Charlie Chaplin's The Immigrant (1917) is a slapstick comedy that also addresses social issues. The film has a simple plot with four main characters, one of them Charlie Chaplin. He plays a penniless foreigner who wins money from playing cards on a ship to America. He then meets Edna Purviance's character, who is another penniless immigrant. Out of sympathy, Chaplin decides to slip the money into her pocket, but later gets accused of being a thief after the money disappears. Purviance clears his name, and they arrive in America. Chaplin ends up roaming the streets of New York alone, poor and hungry. He comes across a coin on the sidewalk and decides to buy himself a meal. Little does he know that he has a hole in his pocket, which the coin falls through. After running into Purviance at the restaurant, Chaplin orders a meal for both of them. When he realizes that he no longer has the coin, he performs a series of comedic acts in order to distract the server from giving him the bill. As luck would have it, a famous artist comes by and Chaplin manages to get him to indirectly pay for their meal. The 20-minute film ends in Chaplin convincing Purviance to marry him.
[...] All the male immigrant characters in the film are portrayed as dirty brutes that eat like animals, and the female immigrants are sad helpless creatures. The Americans, on the other hand, are snooty well-fed people who act superior to Chaplin. The strong contrast between the immigrants and the American characters illustrates that the lack of class on the immigrants' part did not allow them to fit in American society, making them more like cattle. During the scene when the boat is approaching the statue of liberty, the boat guards gather all the immigrants and force them to stand in a corner huddled together. [...]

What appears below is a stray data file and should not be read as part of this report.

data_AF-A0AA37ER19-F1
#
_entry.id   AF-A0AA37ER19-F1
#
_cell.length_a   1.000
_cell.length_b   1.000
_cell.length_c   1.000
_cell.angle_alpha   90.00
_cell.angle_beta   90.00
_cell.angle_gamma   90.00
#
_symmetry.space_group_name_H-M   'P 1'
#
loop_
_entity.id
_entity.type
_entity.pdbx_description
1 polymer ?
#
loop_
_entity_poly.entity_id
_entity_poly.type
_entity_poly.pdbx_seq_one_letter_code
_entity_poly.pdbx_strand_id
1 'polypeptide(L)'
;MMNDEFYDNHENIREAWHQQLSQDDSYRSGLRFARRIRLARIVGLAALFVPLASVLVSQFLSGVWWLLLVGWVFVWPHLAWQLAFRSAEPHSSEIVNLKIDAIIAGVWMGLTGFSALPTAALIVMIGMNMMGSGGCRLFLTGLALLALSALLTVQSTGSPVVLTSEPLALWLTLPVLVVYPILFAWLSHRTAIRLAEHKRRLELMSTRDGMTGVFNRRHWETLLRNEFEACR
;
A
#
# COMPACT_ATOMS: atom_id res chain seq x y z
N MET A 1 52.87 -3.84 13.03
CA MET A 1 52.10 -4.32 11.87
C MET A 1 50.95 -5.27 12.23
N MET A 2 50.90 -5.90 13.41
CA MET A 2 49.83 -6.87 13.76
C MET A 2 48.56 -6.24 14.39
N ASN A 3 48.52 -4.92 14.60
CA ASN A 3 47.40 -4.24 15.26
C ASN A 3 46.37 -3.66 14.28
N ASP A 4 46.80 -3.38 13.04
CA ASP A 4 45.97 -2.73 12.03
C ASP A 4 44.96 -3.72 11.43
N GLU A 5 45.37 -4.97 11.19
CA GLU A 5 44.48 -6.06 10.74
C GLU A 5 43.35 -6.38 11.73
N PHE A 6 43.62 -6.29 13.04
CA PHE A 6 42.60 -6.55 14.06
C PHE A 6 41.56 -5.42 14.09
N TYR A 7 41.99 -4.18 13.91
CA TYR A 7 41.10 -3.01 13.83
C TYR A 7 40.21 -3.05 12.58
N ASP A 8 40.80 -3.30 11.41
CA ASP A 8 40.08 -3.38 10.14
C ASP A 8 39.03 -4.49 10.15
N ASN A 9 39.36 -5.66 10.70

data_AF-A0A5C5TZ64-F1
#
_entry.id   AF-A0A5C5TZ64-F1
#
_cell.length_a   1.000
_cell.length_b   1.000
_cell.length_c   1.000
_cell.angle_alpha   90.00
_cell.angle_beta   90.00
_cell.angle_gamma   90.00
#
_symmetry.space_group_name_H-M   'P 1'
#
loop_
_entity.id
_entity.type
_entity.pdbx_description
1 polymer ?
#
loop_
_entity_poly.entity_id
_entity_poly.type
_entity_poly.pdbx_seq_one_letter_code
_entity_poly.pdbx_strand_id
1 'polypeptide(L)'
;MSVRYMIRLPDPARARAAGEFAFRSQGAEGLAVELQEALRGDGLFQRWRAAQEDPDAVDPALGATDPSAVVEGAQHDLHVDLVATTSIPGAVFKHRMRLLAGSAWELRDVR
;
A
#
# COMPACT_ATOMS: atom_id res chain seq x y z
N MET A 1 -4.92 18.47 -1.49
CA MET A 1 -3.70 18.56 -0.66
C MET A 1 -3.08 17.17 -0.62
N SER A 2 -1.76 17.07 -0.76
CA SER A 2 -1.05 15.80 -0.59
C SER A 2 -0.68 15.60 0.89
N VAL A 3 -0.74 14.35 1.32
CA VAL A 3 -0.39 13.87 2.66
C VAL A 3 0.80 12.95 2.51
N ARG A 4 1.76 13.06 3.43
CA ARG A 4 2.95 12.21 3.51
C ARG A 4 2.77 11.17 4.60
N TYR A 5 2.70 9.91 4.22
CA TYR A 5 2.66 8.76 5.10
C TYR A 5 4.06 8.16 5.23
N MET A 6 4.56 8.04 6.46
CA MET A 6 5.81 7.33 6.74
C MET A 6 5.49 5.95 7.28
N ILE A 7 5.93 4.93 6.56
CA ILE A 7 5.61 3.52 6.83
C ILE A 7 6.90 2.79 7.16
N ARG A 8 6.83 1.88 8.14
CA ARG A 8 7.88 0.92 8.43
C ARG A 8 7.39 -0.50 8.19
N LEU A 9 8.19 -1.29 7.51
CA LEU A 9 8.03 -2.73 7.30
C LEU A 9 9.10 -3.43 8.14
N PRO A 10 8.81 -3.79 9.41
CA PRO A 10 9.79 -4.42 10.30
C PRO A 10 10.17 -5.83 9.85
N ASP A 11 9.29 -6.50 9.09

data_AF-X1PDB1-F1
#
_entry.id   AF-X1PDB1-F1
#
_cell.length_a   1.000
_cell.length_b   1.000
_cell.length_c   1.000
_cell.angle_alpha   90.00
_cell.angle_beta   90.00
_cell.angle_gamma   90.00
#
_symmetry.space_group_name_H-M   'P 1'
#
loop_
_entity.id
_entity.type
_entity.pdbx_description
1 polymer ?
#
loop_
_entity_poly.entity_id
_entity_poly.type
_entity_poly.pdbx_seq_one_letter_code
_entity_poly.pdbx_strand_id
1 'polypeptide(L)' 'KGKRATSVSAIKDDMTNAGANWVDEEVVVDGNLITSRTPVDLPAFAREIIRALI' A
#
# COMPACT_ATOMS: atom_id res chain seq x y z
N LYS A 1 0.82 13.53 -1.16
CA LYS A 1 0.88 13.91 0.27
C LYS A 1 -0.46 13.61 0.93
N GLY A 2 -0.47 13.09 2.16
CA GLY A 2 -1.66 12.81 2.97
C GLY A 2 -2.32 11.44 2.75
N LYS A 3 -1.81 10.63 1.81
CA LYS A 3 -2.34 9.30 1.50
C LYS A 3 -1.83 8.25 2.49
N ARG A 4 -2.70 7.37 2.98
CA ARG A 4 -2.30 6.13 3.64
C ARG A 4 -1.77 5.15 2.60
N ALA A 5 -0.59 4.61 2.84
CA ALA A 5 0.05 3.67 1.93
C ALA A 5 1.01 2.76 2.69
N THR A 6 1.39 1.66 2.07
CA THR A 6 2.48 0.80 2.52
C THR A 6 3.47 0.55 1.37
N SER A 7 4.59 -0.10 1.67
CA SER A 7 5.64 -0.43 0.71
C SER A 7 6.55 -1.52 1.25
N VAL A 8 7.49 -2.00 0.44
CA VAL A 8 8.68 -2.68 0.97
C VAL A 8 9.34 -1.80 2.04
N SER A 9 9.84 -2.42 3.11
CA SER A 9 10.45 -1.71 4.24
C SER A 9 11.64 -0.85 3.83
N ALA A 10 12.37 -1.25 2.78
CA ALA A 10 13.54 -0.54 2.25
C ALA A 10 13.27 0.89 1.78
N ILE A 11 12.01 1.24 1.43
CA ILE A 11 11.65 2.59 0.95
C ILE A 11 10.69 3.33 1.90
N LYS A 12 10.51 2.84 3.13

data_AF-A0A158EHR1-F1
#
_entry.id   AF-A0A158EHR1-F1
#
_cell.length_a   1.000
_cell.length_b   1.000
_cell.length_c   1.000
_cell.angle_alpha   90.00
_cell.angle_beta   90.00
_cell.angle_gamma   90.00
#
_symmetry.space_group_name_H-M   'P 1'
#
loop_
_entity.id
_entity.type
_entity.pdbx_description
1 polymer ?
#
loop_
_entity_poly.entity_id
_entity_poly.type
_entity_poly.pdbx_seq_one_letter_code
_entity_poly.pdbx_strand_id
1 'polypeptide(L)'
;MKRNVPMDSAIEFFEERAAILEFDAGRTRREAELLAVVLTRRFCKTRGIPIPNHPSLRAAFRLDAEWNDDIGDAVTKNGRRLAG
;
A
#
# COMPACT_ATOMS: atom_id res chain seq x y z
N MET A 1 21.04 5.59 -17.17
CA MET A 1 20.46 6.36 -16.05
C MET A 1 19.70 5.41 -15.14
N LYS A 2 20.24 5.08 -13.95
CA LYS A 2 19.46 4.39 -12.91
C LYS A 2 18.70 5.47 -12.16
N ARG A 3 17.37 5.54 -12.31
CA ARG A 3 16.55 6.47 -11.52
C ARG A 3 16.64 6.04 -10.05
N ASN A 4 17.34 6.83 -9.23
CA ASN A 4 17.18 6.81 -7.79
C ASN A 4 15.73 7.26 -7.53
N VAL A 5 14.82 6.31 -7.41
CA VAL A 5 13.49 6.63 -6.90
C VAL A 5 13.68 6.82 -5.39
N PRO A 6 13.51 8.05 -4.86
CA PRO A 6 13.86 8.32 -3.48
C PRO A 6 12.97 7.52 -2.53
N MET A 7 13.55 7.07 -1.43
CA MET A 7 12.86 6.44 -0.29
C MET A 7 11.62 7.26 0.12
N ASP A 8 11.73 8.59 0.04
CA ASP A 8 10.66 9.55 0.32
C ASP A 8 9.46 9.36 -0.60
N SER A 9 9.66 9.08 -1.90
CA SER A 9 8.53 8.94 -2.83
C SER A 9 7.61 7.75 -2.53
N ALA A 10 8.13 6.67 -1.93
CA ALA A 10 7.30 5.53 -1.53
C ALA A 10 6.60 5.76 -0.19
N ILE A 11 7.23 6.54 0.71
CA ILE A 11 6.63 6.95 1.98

[...] When he sees the silver half dollar on the sidewalk and takes it, he shows the audience that immigrants in the 1910's had to retreat to finding things on the street because they were scarcely offered jobs. Chaplin has been wandering the streets hungry and jobless when he comes across the coin, and the fact that he decides to use it on food emphasizes on the fact that some immigrants did not even have basic necessities such as shelter and food. [...]
[...] It takes luck for a foreigner to succeed in America in the 1910's, and in this case, Chaplin and Purviance get discovered because of their good looks. This may illustrate how shallow and superficial America is if they ignore minorities when it comes to talent and brains, but they pay attention if they need someone good- looking. Charlie Chaplin's films, including The Immigrant, were mainly for the working-class audience. Since some of his audience members were illiterate or did not speak English, Chaplin made sure his films were understandable without subtitles. [...]
using our reader.